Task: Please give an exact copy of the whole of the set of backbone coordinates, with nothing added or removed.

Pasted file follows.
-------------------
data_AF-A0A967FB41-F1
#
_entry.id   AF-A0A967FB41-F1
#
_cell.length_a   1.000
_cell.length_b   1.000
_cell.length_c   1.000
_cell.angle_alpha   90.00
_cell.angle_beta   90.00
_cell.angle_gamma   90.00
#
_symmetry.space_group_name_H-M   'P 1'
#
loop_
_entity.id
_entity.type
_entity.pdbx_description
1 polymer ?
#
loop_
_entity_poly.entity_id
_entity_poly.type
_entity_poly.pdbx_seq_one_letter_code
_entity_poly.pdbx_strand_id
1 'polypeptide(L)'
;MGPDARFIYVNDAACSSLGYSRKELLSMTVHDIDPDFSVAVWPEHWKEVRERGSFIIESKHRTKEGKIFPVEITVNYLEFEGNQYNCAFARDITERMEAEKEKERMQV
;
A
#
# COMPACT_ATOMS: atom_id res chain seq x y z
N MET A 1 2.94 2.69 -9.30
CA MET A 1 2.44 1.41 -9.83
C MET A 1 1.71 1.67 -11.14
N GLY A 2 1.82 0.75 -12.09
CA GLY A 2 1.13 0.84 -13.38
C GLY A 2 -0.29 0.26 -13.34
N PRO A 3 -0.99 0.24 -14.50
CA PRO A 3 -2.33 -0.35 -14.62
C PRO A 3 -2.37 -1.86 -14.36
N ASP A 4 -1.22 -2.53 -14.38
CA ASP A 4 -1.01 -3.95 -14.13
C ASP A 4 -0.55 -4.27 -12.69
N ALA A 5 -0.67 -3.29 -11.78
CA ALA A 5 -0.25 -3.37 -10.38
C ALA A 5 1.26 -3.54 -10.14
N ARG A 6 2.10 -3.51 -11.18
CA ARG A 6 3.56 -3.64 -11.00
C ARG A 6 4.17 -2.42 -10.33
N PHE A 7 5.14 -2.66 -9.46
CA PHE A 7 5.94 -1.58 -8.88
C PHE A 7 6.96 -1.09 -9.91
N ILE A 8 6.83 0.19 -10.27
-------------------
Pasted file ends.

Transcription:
data_AF-A0A967FB41-F1
#
_entry.id   AF-A0A967FB41-F1
#
_cell.length_a   1.000
_cell.length_b   1.000
_cell.length_c   1.000
_cell.angle_alpha   90.00
_cell.angle_beta   90.00
_cell.angle_gamma   90.00
#
_symmetry.space_group_name_H-M   'P 1'
#
loop_
_entity.id
_entity.type
_entity.pdbx_description
1 polymer ?
#
loop_
_entity_poly.entity_id
_entity_poly.type
_entity_poly.pdbx_seq_one_letter_code
_entity_poly.pdbx_strand_id
1 'polypeptide(L)'
;MGPDARFIYVNDAACSSLGYSRKELLSMTVHDIDPDFSVAVWPEHWKEVRERGSFIIESKHRTKEGKIFPVEITVNYLEFEGNQYNCAFARDITERMEAEKEKERMQV
;
A
#
# COMPACT_ATOMS: atom_id res chain seq x y z
N MET A 1 2.94 2.69 -9.30
CA MET A 1 2.44 1.41 -9.83
C MET A 1 1.71 1.67 -11.14
N GLY A 2 1.82 0.75 -12.09
CA GLY A 2 1.13 0.84 -13.38
C GLY A 2 -0.29 0.26 -13.34
N PRO A 3 -0.99 0.24 -14.50
CA PRO A 3 -2.33 -0.35 -14.62
C PRO A 3 -2.37 -1.86 -14.36
N ASP A 4 -1.22 -2.53 -14.38
CA ASP A 4 -1.01 -3.95 -14.13
C ASP A 4 -0.55 -4.27 -12.69
N ALA A 5 -0.67 -3.29 -11.78
CA ALA A 5 -0.25 -3.37 -10.38
C ALA A 5 1.26 -3.54 -10.14
N ARG A 6 2.10 -3.51 -11.18
CA ARG A 6 3.56 -3.64 -11.00
C ARG A 6 4.17 -2.42 -10.33
N PHE A 7 5.14 -2.66 -9.46
CA PHE A 7 5.94 -1.58 -8.88
C PHE A 7 6.96 -1.09 -9.91
N ILE A 8 6.83 0.19 -10.27